The tickets for all the walks of my new Limehouse walk sold out by Monday morning, so a very big thank you. The proceeds from these walks go towards the hosting, maintenance and research of the blog, so it is very much appreciated. I have had a number of requests for new dates, so have added two more, on the 31st of August and 10th September, which can be booked by clicking on the dates.
In 1951, my father took a couple of photos of the main entrance into St. Paul’s Church, Covent Garden:
He was far better at timing the position of the sun and weather conditions than I am, however the view is much the same today, some 72 years later:
A view of the main entrance to the church from the opposite side of the churchyard:
And the same view in 2023:
The church of St. Paul’s was one of the first buildings to be constructed as part of the development of the Covent Garden Piazza by Francis Russell, the 4th Earl of Bedford.
The Russell family were significant land owners, and within London this included the area around Covent Garden, along with significant holdings across Bloomsbury. The land at Covent Garden came into their position in 1552 when the first Earl was granted the land by the Crown.
Development of the Covent Garden Piazza and St. Paul’s Church commenced around 1630 when Inigo Jones designed the overall layout of the square. Construction of the church began in 1631 and it appears to have been completed and furnished by 1635, but was not consecrated until 1638 due to a dispute with the vicar of St. Martins-in-the Fields, mainly about the physical boundaries and the degree of independence of the new church. The Earl of Bedford had a family pew in St. Martin’s, but released this in 1635 when his new church in Covent Garden was ready.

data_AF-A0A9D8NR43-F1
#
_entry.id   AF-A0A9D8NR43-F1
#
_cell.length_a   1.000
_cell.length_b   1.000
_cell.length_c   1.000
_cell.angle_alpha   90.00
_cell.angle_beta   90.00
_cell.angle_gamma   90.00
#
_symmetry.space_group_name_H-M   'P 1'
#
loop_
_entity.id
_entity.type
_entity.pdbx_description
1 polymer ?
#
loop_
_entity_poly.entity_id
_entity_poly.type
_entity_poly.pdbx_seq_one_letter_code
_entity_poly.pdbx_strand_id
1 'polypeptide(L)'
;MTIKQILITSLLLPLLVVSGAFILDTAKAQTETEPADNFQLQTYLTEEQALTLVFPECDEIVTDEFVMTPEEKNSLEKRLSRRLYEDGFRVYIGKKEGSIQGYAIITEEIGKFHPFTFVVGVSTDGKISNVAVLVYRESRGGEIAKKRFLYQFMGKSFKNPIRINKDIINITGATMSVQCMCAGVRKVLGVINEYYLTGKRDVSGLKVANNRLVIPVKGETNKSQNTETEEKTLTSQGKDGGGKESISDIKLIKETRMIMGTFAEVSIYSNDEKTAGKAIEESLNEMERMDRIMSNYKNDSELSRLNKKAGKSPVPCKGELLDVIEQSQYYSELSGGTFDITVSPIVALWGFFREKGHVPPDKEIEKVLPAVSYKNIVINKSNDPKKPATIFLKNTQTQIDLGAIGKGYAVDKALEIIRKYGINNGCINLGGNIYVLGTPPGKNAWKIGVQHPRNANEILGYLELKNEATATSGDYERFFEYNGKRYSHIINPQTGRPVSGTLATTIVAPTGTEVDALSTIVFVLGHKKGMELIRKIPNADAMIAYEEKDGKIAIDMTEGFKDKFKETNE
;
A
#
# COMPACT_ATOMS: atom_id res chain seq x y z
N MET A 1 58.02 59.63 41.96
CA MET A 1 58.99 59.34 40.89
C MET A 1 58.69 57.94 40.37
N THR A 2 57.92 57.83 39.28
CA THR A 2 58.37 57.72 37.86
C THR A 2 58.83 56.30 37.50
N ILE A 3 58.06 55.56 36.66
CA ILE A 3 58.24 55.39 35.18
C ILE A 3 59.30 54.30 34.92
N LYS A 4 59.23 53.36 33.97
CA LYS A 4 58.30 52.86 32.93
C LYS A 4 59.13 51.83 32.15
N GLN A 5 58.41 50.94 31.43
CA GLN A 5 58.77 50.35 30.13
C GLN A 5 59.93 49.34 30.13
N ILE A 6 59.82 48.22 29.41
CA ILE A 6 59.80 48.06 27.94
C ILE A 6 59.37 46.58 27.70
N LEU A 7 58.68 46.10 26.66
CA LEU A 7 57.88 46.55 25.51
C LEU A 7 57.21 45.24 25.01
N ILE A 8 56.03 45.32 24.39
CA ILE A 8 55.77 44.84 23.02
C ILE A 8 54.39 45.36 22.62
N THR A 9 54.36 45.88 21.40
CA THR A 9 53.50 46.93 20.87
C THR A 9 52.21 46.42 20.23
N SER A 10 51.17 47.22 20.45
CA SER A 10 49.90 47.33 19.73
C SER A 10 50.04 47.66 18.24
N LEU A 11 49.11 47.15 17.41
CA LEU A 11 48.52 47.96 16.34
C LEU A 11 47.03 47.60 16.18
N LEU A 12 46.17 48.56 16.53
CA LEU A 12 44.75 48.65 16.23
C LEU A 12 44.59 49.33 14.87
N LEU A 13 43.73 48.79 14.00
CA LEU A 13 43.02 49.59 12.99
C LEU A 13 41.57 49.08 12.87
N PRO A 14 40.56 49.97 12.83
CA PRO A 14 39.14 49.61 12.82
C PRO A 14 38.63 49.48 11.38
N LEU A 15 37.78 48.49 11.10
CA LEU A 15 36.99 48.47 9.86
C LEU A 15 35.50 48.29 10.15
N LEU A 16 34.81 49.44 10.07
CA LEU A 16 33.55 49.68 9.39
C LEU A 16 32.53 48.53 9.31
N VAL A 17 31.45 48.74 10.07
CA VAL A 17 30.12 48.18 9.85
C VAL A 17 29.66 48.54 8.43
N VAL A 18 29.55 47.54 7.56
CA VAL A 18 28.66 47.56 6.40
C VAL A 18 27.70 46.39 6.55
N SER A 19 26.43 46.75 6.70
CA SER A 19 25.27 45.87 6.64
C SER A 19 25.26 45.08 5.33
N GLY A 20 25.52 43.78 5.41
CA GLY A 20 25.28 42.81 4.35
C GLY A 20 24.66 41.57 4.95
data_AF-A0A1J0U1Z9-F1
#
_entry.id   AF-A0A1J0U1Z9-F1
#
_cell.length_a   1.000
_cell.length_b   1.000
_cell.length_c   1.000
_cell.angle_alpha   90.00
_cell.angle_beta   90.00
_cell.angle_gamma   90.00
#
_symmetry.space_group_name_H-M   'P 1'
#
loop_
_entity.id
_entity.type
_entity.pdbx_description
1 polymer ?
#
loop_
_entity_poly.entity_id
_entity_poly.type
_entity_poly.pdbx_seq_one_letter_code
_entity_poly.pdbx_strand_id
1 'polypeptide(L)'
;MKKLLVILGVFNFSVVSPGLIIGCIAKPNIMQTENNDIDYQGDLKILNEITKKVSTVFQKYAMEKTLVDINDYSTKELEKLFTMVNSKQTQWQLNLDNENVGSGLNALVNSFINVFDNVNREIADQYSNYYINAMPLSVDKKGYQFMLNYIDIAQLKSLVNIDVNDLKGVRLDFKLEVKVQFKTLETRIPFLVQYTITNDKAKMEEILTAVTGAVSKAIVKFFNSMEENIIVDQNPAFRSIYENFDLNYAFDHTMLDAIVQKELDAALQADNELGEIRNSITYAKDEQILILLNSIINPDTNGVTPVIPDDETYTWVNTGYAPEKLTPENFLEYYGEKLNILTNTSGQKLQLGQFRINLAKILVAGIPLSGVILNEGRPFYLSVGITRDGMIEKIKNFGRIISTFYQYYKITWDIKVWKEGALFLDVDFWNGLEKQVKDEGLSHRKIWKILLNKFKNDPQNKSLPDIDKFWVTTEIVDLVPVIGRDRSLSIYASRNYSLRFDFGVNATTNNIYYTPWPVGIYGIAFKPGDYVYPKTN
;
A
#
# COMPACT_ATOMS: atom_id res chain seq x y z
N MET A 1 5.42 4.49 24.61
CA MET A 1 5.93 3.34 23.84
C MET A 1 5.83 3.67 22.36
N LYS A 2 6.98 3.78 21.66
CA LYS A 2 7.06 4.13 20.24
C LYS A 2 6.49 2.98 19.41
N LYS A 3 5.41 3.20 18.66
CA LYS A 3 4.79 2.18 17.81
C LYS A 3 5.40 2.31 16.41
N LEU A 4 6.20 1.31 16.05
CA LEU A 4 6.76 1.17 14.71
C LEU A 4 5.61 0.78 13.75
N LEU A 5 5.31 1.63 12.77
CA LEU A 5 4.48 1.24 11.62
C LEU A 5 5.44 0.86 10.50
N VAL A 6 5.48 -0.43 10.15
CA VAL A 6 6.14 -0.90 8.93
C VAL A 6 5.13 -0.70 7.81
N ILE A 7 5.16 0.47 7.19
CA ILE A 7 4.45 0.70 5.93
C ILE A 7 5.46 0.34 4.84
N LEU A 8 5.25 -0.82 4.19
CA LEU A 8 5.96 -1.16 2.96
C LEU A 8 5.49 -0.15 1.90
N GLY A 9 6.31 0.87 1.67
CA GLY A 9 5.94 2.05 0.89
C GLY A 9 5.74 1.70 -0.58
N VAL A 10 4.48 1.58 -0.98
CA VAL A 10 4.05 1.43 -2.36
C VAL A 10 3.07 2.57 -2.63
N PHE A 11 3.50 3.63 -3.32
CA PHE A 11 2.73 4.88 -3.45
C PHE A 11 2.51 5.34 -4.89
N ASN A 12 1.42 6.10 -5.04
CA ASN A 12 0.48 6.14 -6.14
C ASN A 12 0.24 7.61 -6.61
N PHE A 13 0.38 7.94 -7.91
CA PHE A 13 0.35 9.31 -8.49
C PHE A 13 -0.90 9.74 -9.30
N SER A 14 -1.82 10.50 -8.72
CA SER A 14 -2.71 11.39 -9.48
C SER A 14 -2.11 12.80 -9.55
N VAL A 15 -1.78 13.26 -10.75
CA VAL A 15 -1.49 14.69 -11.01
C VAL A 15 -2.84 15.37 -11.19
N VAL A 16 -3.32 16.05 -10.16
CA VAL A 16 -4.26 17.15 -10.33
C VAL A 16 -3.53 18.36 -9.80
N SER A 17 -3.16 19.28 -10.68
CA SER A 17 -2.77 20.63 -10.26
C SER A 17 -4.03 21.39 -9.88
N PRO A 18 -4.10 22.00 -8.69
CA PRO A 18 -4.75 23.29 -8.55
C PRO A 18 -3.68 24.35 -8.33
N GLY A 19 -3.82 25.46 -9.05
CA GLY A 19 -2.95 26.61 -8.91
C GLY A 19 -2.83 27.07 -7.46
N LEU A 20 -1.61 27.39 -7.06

The main entrance to the church is in Bedford Street, where the brick façade of the church can be seen between two pillars with ornate railings on either side, and providing a gate between the pillars:
Through the gates and we are into the churchyard:
The churchyard was closed to burials in 1853 and in the following couple of years all the tombstones were either removed or laid flat. The churchyard was renovated between 1878 and 1882, when the ground was also lowered and flattened.
Today, the churchyard has a wide path leading up to the entrance of the church, with seating along both sides of the path. To either side of the path are gardens and grassed spaces.